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Above all, the most glaring and dangerous one is that the personat-risk might not have their cry for help taken seriously. As seen in the examples cited above, they may be mocked or simply ignored altogether. And if part of the person’s intention, whether underlying or not, was to get some help, then this assistance, sadly, might never be received. The distraught person, forlorn and rejected, could follow through from ideation to suicide attempt to death by suicide.

Risk Management as Potential Caregiver What if you are an individual who comes across an expressed suicide ideation? One of the first challenges that such an individual will encounter is being able to determine if the ideation is “real” or a “hoax”. Unlike face to face or telephone encounters, there is an absence of visual, audio or body language cues. In such circumstances should one pursue the matter or ignore it? The authoritative literature strongly recommends treating any kind of expressed ideation as real and to take it seriously. The second challenge arises in determining the identity and location of the individual in distress. A related challenge occurs in determining the seriousness of the ideation. For example, is the person in the process of an attempt, planning an attempt or thinking about a plan? A final challenge comes in the form of what Sandler (2009) calls a “diffusion of responsibility” to others. That is because of the potentially large size of the virtual audience, peoples’ sense of personal accountability is generally quite low. A reaction of many who see a suicide threat on a social website could be that “someone else” will take care of the person-in-crisis.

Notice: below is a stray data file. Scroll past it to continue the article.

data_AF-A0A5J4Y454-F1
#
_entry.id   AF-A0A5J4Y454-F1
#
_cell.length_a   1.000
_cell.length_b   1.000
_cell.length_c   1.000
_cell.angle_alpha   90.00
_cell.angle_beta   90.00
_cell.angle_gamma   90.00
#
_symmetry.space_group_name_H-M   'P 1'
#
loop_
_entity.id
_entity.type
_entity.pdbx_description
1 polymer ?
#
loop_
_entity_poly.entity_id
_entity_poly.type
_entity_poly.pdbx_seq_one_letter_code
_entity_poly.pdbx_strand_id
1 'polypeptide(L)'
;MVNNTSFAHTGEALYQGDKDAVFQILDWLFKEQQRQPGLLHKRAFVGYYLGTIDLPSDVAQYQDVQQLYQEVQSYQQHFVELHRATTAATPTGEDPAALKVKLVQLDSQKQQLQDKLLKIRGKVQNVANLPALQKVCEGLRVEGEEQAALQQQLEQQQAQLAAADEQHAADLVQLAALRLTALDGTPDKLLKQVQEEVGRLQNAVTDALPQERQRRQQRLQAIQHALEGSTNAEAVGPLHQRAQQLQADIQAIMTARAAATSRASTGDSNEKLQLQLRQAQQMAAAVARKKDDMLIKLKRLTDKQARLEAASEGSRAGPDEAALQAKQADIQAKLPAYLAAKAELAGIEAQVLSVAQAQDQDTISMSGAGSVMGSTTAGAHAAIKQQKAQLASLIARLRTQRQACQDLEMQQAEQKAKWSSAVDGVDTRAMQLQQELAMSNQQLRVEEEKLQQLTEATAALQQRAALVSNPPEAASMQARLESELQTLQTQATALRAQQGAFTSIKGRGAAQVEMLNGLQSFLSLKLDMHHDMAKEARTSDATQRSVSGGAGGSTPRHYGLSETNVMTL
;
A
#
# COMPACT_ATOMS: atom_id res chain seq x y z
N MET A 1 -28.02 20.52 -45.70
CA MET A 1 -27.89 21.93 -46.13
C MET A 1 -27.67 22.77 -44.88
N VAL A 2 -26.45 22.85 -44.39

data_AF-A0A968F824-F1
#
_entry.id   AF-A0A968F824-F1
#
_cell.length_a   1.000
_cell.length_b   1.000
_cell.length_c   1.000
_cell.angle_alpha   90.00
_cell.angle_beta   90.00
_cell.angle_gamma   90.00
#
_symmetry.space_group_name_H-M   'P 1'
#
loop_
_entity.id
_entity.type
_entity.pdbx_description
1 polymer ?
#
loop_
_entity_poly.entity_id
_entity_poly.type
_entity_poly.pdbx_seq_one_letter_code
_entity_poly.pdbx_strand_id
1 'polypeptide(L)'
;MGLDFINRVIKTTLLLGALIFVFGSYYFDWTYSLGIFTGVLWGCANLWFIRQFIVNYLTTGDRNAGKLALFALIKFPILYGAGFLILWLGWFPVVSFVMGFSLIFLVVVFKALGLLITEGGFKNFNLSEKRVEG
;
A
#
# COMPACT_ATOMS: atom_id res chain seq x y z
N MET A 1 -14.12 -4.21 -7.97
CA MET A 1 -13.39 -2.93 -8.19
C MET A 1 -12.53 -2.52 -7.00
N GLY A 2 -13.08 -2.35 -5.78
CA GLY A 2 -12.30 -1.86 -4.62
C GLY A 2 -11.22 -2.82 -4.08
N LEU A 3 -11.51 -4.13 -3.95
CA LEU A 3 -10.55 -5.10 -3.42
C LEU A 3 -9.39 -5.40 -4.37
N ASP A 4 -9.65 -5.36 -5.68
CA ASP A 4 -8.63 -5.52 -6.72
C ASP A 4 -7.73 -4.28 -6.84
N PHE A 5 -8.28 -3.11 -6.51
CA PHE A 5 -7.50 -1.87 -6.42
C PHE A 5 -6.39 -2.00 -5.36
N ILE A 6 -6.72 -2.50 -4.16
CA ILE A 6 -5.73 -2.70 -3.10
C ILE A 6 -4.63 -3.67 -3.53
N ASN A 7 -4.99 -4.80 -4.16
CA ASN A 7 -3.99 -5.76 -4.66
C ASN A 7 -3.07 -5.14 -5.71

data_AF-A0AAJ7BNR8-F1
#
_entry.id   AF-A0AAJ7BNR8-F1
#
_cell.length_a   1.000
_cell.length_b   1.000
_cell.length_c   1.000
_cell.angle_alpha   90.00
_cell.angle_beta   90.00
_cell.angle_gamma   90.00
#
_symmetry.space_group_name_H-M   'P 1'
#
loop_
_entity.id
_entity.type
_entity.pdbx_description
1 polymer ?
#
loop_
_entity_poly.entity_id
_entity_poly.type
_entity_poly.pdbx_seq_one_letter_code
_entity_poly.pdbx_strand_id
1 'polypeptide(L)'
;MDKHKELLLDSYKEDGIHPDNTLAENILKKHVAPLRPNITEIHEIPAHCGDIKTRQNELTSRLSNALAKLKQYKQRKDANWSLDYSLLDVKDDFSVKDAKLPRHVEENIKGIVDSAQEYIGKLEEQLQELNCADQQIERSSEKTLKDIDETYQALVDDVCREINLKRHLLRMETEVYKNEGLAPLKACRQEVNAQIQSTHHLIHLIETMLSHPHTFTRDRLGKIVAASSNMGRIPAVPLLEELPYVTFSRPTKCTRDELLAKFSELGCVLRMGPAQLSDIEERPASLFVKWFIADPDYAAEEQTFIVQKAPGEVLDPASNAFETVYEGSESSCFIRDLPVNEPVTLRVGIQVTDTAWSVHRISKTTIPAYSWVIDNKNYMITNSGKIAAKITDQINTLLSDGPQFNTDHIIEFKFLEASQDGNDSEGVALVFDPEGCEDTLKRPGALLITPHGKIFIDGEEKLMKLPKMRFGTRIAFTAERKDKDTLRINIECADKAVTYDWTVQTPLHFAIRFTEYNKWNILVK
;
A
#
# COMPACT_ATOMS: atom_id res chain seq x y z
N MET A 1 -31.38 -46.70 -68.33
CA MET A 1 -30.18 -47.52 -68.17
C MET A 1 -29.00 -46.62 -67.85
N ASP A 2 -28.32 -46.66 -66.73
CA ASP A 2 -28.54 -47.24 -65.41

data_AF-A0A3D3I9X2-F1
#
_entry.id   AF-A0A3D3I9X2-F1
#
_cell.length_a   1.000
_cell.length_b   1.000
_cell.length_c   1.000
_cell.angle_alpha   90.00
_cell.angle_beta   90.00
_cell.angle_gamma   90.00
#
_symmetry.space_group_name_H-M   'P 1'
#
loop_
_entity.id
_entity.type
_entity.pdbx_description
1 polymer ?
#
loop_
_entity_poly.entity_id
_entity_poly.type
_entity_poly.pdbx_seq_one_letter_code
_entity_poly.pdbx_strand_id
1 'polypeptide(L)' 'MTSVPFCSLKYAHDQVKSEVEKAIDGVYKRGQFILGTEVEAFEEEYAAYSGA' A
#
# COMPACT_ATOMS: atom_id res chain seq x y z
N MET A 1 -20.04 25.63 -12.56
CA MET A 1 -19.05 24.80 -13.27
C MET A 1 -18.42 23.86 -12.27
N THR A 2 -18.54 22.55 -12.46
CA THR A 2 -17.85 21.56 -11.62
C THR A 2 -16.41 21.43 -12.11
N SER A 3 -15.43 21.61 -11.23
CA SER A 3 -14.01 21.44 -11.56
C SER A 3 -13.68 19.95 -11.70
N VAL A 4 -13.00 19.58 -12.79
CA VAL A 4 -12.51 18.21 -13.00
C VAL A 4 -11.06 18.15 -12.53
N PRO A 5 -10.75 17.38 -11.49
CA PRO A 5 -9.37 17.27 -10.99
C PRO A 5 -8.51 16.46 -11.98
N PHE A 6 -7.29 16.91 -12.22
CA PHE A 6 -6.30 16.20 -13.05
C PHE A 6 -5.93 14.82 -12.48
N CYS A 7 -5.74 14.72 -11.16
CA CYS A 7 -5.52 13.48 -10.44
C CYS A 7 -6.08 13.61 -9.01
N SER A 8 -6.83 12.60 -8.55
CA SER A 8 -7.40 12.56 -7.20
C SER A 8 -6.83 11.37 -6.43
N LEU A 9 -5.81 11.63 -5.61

Host Site Obligations Are the aforementioned host sites legally and/or ethically obligated to ensure that help is readily available for their patrons-at-risk? Further, do they provide guidelines for how one can properly respond to suicidal content on their platforms? The National Suicide Prevention Lifeline in the United States has provided some good information on this topic. They have advised and partnered with Facebook and others to improve safety protocol with regard to suicide ideation (http://www.facebook.com/help/ contact.php?show_form=suicidal_content&ref=mf). Consequently, Facebook has created a comprehensive page devoted to the safety of its members (http://www.facebook.com/help/ contact.php?show_form=suicidal_content&ref=mf). © Centre for Suicide Prevention, 2011

InfoExchange: suicide threats on social network sites

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IE: InfoExchange  

Centre for Suicide Prevention Original Publication

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